Apart from the Buzzcocks, Singapore has not had the privilege of playing hosts to any of the original wave of English punk bands that emerged in the late 1970s. Well, that oversight will be partially corrected when Sham 69 roll into town to play a one-night-only gig at Home Club (virtually the ‘go-to’ place for all things indie in Singapore). However, as with many bands still rocking on from the 60s and 70s, personnel changes are inevitable and only Dave Parsons remains from the original lineup. Completing Sham 69 circa 2010 are Tim V (vocals), Ian Whitewood (drums) and Al Campbell (Bass Guitar). In an email interview, lead singer Tim V, got upfront and very personal with the Power of Pop.
Join Iris Koh and Singers Club-All Girls in a reflective performance about women and their shoes next Wednesday evening 8th Dec 2010. The performance will be part of the TEDx Women conference here in Singapore organzied by TEDx Singapore. We talk to Iris Koh, the founder of Singers Club- All Girls, Director of Athenarts Pte Ltd about their upcoming performance.
Time flies. I cannot believe that it’s already more than three years since I first met a teenaged Inch Chua at the Kopitiam in Novena Square to talk about Allura’s Baybeats debut later that year. In that interview (you can read it in its entirety here), Inch told me how she had since the tender age of 14, been a big follower of the Singaporean indie scene. Two years later, she saw Marchtwelve live and that experience inspired her to sing in a band.
Fast forward to 2010, and Inch is definitely the “IT” girl of the Singapore music scene. She is everywhere – newspapers, magazines, online, TV, on stages all across Singapore – everywhere. I am proud that ultimately, she is still that”indie” kid I met in 2007 and that she achieved her current solo success on her own terms. More power to Inch, is what I say!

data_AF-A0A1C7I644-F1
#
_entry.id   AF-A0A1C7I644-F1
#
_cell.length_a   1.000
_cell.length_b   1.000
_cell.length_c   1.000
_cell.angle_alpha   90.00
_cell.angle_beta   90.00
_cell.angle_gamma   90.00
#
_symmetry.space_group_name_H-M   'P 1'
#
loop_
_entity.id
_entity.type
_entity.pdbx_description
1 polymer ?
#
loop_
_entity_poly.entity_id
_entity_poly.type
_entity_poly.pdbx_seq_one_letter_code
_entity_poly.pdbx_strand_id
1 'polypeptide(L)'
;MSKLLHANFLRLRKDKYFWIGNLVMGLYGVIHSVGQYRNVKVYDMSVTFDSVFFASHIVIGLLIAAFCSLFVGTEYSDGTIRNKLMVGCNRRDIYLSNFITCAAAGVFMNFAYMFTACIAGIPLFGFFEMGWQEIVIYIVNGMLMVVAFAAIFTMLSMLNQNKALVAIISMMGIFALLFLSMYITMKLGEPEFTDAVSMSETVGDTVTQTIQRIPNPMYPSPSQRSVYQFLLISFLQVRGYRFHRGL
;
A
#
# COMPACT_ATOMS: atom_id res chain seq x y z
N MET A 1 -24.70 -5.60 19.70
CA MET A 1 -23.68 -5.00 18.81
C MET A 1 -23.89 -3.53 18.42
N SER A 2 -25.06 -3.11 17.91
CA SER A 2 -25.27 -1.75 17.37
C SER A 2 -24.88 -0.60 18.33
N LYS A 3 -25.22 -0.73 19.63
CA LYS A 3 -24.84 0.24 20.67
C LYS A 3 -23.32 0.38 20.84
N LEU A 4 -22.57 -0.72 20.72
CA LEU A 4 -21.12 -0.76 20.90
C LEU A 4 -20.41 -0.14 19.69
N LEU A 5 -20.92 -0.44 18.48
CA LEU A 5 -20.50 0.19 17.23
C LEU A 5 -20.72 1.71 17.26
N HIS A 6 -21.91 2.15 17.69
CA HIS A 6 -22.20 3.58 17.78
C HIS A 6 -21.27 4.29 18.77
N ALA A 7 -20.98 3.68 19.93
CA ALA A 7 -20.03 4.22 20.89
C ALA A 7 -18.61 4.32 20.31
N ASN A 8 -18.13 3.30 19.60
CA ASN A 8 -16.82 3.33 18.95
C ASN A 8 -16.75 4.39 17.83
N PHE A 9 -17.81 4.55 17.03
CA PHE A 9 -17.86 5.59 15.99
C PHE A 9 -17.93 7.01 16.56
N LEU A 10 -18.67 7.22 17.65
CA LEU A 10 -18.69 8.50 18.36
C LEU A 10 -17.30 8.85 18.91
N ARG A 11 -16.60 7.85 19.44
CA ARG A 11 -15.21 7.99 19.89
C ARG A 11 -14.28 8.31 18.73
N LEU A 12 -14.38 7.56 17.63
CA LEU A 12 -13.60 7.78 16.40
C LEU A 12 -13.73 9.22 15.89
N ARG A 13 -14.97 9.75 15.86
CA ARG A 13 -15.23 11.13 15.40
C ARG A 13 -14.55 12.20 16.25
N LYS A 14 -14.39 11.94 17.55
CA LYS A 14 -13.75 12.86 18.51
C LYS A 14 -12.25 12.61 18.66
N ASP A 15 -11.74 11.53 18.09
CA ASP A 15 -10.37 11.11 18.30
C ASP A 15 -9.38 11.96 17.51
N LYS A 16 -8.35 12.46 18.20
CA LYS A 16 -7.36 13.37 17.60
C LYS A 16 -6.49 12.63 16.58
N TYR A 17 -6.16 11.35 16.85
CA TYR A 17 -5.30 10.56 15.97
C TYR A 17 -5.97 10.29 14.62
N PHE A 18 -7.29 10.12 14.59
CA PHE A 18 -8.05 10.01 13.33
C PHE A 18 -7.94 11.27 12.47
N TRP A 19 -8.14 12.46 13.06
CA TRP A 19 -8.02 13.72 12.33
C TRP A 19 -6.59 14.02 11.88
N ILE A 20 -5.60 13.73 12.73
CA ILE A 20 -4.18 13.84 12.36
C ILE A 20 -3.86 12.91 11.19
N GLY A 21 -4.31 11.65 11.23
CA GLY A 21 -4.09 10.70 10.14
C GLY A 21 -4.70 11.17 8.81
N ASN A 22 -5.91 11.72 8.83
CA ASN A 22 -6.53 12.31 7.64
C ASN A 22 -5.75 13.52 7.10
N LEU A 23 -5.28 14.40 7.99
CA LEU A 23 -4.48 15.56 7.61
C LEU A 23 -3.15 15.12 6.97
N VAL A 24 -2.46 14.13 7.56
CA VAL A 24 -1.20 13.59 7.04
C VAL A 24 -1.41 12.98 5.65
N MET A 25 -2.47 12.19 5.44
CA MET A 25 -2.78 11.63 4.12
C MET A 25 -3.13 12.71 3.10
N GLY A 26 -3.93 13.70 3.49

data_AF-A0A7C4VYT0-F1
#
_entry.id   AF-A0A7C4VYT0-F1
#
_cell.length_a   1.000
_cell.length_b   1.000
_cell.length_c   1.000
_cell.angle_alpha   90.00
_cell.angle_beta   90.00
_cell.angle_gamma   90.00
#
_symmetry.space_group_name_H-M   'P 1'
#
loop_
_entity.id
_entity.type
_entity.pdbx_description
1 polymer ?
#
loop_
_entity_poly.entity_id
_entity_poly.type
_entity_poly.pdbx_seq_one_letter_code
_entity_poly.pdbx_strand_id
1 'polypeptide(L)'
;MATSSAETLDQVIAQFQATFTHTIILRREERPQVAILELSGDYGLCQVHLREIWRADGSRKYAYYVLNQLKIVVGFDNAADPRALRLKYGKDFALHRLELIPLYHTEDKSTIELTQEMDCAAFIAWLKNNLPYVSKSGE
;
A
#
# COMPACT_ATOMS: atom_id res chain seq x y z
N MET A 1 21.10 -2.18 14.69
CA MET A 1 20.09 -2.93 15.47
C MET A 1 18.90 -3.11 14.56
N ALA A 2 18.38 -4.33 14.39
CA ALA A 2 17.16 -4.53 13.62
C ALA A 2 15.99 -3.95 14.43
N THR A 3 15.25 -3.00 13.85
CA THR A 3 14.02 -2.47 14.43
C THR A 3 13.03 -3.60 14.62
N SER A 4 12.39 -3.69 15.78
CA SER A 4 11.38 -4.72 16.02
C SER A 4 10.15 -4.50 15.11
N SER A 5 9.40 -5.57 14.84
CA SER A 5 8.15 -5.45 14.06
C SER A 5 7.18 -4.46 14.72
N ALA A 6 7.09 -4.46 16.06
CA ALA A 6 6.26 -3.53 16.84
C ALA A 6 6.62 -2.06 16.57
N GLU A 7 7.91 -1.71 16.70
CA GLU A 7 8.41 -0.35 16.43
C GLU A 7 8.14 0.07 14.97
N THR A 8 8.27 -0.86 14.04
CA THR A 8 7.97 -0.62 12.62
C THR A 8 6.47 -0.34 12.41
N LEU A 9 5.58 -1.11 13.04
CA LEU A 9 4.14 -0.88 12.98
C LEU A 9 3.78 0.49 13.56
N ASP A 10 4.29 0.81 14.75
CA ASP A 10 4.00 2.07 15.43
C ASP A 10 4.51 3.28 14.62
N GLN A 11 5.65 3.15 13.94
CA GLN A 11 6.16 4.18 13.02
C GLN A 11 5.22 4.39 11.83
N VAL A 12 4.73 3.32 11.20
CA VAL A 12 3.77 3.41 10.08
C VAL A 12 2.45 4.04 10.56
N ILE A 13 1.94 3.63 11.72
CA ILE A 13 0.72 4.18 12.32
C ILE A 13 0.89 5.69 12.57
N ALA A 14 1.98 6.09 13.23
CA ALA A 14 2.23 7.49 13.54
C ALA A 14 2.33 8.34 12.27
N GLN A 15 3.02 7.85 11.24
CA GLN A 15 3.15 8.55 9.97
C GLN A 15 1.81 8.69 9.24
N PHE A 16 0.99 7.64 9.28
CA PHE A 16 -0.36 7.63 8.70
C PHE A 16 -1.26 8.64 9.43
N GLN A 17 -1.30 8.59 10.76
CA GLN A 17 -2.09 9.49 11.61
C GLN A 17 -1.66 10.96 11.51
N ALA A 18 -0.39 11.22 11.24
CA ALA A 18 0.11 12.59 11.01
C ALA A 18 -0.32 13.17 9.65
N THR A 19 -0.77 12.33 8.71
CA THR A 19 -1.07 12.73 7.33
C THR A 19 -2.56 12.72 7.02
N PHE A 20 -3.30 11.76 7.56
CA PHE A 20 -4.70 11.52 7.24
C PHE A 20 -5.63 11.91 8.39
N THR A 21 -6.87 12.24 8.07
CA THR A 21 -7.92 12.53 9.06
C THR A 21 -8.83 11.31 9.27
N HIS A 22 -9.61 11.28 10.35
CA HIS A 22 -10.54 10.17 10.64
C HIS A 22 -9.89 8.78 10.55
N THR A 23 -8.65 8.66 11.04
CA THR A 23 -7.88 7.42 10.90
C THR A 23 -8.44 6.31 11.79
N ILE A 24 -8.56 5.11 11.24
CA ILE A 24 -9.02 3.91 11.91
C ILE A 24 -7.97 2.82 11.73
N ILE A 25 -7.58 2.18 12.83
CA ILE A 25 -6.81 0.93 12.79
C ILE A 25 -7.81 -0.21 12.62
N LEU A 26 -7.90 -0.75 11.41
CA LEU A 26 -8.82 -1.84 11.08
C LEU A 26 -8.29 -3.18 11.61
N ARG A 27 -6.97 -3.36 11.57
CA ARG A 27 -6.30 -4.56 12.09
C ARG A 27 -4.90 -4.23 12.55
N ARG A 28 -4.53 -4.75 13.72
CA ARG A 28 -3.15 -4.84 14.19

And so I decided to dedicate this Sunday morning’s PoPTV to Inch and to wish her more and more success in the years to come. She deserves all the attention she is getting and more… deservedly so. Enjoy…
Bread & Circuses is the name of the new EP from Philippine band Camerawalls. Those of you who caught the band at this year’s Baybeats Festival would be familiar with its pleasing evocation of 80s twee/jangle post-punk reminiscent of The Smiths, Orange Juice, Felt, Belle and Sebastian etc. Well, I have just received the EP from band leader Clementine and fans of good old fashioned melodic pop-rock will absolutely love the gorgeous music of the Camerawalls. Review to come…
Well, the night started inauspiciously enough with heavy rain when I left home to meet Rach for dinner. By the time, we ventured out to Zouk after our heavy meal (briyani), the rain had subsided and when we arrived at Zouk, it was rather empty! I guess rubber time prevailed as usual so we met Cheryl Ann Lee (from Amnesty, the event organizers) and she apologized for the delay and so we sauntered off to the Wine Bar to wait for the all clear.
“In March 1978, months into his job as minister for culture, the late Mr Ong Teng Cheong found himself facing MPs who despaired that Singapore was a ‘cultural desert’.” Straits Times article, 2006.
32 years later, is this still true? Well, let’s narrow our focus to Singapore-English popular music (“pop music”) – is there a pop music culture in Singapore? Well, taking culture as shared beliefs on society, politics and human nature – the prominent shared social belief about pop music in Singapore is – rather crudely – that foreign pop music is good, local pop music is crap. This belief also extends to the value attributed to foreign pop songs over local pop songs.
BAND OF HORSES Infinite Arms (Brown/Fat Possum/Columbia)
Band of Horses is your quintessential modern day indie rock band. In possession of its own indie record label (with major label distribution), with songs inserted into cutting edge TV shows and a top 20 album on both sides of the Atlantic. Welcome to 2010!
If you’re interested, its pronounced “Bon-feel-e-o” and it sounds “G-R-E-A-T”!!! (Sorry, couldn’t resist)
Bonfiglio is an old ‘friend’ of sorts, I loved his former band – Wanderlust – who managed a wonderful major label debut – Prize – before falling prey to RCA’s unrealistic expectations. The band released its second album with Bruce Brodeen’s Not Lame label before calling it quits.